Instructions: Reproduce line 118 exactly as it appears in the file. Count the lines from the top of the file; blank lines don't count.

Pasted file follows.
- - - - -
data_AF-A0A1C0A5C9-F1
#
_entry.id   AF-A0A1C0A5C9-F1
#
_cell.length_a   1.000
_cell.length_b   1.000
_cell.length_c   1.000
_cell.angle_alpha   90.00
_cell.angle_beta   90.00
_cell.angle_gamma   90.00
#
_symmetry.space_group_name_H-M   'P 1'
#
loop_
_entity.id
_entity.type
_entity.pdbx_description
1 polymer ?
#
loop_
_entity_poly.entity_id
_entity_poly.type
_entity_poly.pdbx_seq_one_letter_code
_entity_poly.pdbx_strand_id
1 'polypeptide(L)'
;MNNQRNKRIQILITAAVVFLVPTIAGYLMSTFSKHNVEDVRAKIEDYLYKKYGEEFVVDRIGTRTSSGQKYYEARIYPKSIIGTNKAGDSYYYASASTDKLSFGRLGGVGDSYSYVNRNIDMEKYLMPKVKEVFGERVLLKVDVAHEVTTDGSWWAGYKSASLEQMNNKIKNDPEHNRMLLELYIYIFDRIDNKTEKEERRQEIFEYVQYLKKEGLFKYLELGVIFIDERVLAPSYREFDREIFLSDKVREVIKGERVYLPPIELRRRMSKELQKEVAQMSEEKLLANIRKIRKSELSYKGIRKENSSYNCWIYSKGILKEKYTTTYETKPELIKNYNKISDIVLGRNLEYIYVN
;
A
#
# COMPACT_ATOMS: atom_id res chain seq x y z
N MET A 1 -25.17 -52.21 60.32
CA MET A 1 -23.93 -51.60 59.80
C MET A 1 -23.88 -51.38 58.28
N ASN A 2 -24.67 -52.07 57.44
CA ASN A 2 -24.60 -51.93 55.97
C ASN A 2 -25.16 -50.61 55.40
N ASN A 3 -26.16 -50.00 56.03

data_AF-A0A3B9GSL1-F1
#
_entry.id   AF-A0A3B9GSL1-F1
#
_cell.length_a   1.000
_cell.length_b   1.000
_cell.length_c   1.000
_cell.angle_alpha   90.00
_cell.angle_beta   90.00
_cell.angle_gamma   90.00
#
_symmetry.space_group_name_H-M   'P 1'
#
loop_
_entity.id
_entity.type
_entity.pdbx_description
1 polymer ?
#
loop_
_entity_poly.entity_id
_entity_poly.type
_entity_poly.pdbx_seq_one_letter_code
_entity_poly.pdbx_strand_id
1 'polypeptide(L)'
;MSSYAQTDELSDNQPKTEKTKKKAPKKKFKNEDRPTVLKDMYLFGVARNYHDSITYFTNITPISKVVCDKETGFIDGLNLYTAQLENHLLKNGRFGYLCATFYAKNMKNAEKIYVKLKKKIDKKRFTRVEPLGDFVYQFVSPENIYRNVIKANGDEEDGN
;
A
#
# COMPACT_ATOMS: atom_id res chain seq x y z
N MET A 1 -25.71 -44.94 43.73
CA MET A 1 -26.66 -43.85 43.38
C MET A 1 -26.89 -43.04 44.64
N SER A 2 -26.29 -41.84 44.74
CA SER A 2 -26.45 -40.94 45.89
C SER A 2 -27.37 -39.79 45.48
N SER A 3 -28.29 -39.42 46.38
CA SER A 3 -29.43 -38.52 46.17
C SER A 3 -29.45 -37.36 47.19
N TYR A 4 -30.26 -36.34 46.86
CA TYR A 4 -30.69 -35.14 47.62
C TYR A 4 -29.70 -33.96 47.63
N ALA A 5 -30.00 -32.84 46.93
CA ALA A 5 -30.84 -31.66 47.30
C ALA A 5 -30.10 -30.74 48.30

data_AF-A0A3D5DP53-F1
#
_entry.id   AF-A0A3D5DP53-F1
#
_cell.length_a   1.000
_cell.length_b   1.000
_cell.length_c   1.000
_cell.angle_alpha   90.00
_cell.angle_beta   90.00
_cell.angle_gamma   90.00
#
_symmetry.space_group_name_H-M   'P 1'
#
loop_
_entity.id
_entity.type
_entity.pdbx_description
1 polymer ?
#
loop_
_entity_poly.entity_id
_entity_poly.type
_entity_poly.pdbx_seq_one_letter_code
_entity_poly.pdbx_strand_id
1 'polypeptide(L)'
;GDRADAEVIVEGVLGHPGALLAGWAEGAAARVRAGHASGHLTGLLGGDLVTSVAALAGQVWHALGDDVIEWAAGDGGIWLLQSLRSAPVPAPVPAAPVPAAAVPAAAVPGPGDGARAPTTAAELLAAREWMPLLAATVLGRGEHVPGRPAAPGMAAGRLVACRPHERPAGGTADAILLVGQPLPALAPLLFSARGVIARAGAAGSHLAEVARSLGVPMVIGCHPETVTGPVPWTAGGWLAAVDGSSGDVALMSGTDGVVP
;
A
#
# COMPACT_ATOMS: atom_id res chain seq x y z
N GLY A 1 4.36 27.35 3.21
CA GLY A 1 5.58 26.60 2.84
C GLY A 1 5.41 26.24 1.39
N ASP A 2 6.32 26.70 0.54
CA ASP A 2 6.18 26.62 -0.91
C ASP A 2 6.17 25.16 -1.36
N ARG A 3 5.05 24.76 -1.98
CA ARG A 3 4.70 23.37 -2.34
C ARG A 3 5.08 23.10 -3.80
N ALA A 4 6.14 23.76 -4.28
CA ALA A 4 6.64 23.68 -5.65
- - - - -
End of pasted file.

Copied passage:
C ASP A 2 6.17 25.16 -1.36